Mute Swan

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Scientific name: Cygnus olor

Other common names: N/A

The basics:
The Mute Swan is a large and distinctive white swan which is native to Europe and Asia. The Mute Swan is one of the heaviest flying birds, and is considered to be partially migratory, with swans in certain locations making permanent homes and others making seasonal migrations.

The Mute Swan has long been appreciated for its beauty and grace, and it has been introduced around the world as a captive, decorative bird. Unfortunately, this swan has a voracious appetite for plant material, and is highly territorial and aggressive. Captive swans often escape or are released and can disrupt natural ecosystems that they come to reside in. For this reason, many locations have regulations on the ownership of Mute Swans.

The Mute Swan is a very large white bird standig up to 4 feet tall with an orange beak and a black “mask” over the eyes.

Average weight:
9 - 13.6 kilograms (20 - 30 lbs.)

25 - 30 years

Common ailments of swan are easily prevented with good nutrition and a proper living environment. One such example is bumblefoot. Bumblefoot is when a bird gets sores on their sensitive feet that become infected, possibly leading to a serious bone infection. To prevent this, swans need access to a variety of dry ground cover such as grass and pebbles and daily time in a large pond. If they spend time on an area where the flooring is made of a solid surface such as concrete or wood, they will need rubber mat, logs, and other perches to stand on. Your avian veterinarian will also help you learn how to prevent and treat any illnesses common to swans.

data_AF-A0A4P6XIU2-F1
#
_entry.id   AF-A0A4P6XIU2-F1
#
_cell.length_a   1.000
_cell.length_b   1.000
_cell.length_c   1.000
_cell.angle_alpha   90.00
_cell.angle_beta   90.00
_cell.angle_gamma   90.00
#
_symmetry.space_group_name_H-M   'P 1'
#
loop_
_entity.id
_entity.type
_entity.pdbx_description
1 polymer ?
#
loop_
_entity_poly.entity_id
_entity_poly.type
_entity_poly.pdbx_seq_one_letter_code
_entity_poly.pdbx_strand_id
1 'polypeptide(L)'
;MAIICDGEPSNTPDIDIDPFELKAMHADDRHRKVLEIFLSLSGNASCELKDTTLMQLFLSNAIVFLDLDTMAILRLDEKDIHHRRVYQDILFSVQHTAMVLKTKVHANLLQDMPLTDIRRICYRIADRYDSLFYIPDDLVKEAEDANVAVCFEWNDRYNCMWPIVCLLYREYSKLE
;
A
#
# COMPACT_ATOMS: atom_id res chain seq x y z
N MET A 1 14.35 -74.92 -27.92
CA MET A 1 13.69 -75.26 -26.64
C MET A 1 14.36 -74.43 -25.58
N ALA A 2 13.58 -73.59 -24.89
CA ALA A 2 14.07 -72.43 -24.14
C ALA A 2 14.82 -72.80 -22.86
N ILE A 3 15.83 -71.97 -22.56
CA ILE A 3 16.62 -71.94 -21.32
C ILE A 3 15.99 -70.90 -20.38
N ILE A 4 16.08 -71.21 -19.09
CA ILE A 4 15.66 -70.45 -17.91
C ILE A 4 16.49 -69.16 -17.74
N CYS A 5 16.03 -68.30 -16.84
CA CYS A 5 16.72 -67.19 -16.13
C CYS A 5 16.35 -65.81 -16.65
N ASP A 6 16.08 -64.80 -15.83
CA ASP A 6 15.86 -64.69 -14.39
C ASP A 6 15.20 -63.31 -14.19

Behavior / temperament:
Although the Mute Swan easily learns who feeds them, they are not usually known to be a sweet pet. When males are protecting their mate and young they are hostile and dangerous. They will chase down intruders; during breeding season any living being may be seen as an intruder. Their bites and wing slaps can cause serious bruising to any human who dares to venture close enough.

To house a bird as large as the Mute Swan you will need a large yard and large pond. The pond should have a depth of at least 3 feet. Natural shrubs and plants or a sheltered area will be needed to protect them from the elements.

Keeping a Mute Swan well fed is not cheap. In the wild they eat several pounds of aquatic vegetation, un-ripened seeds, and young plants daily. A healthy diet for your pet Mute Swan would include a waterfowl maintenance pellet that is thrown into the water or served soaked in a bowl. They can also be fed natural water plants such as duck weed, alfalfa, and fresh greens. They should have access to fresh clean water at all times.

Written by Elaine Radford


cygnets, beautiful creatures, farm


aggressive species, reputation, mean temperament, fecal matter


aquatic vegetation, massive wing span

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